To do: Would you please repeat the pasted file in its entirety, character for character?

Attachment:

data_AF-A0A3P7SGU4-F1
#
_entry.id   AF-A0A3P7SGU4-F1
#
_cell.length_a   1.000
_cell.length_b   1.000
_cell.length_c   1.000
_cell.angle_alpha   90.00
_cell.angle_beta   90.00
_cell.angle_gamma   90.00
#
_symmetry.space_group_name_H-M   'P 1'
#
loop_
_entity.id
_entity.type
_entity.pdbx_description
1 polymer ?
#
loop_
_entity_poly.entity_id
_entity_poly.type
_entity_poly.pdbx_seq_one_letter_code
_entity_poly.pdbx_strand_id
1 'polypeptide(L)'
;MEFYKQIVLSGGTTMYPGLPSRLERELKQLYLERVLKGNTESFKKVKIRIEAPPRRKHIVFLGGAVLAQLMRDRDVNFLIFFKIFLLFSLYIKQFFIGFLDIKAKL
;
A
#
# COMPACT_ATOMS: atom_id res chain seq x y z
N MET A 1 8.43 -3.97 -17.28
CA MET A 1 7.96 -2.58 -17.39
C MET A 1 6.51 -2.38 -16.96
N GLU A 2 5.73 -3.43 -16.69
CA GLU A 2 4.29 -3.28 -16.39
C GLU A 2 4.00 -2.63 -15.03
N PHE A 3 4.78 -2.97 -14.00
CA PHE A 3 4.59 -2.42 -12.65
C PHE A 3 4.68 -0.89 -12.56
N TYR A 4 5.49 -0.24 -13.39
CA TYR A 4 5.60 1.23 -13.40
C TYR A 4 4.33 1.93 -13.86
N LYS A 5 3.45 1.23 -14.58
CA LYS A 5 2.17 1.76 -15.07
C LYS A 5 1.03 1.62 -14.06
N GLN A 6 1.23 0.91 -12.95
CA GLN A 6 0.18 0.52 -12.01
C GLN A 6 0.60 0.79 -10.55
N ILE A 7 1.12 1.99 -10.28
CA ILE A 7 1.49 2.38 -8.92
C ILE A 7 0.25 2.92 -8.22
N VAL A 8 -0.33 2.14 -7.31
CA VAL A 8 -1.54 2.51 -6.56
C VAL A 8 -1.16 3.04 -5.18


data_AF-A0A3P7SGU4-F1
#
_entry.id   AF-A0A3P7SGU4-F1
#
_cell.length_a   1.000
_cell.length_b   1.000
_cell.length_c   1.000
_cell.angle_alpha   90.00
_cell.angle_beta   90.00
_cell.angle_gamma   90.00
#
_symmetry.space_group_name_H-M   'P 1'
#
loop_
_entity.id
_entity.type
_entity.pdbx_description
1 polymer ?
#
loop_
_entity_poly.entity_id
_entity_poly.type
_entity_poly.pdbx_seq_one_letter_code
_entity_poly.pdbx_strand_id
1 'polypeptide(L)'
;MEFYKQIVLSGGTTMYPGLPSRLERELKQLYLERVLKGNTESFKKVKIRIEAPPRRKHIVFLGGAVLAQLMRDRDVNFLIFFKIFLLFSLYIKQFFIGFLDIKAKL
;
A
#
# COMPACT_ATOMS: atom_id res chain seq x y z
N MET A 1 8.43 -3.97 -17.28
CA MET A 1 7.96 -2.58 -17.39
C MET A 1 6.51 -2.38 -16.96
N GLU A 2 5.73 -3.43 -16.69
CA GLU A 2 4.29 -3.28 -16.39
C GLU A 2 4.00 -2.63 -15.03
N PHE A 3 4.78 -2.97 -14.00
CA PHE A 3 4.59 -2.42 -12.65
C PHE A 3 4.68 -0.89 -12.56
N TYR A 4 5.49 -0.24 -13.39
CA TYR A 4 5.60 1.23 -13.40
C TYR A 4 4.33 1.93 -13.86
N LYS A 5 3.45 1.23 -14.58
CA LYS A 5 2.17 1.76 -15.07
C LYS A 5 1.03 1.62 -14.06
N GLN A 6 1.23 0.91 -12.95
CA GLN A 6 0.18 0.52 -12.01
C GLN A 6 0.60 0.79 -10.55
N ILE A 7 1.12 1.99 -10.28
CA ILE A 7 1.49 2.38 -8.92
C ILE A 7 0.25 2.92 -8.22
N VAL A 8 -0.33 2.14 -7.31
CA VAL A 8 -1.54 2.51 -6.56
C VAL A 8 -1.16 3.04 -5.18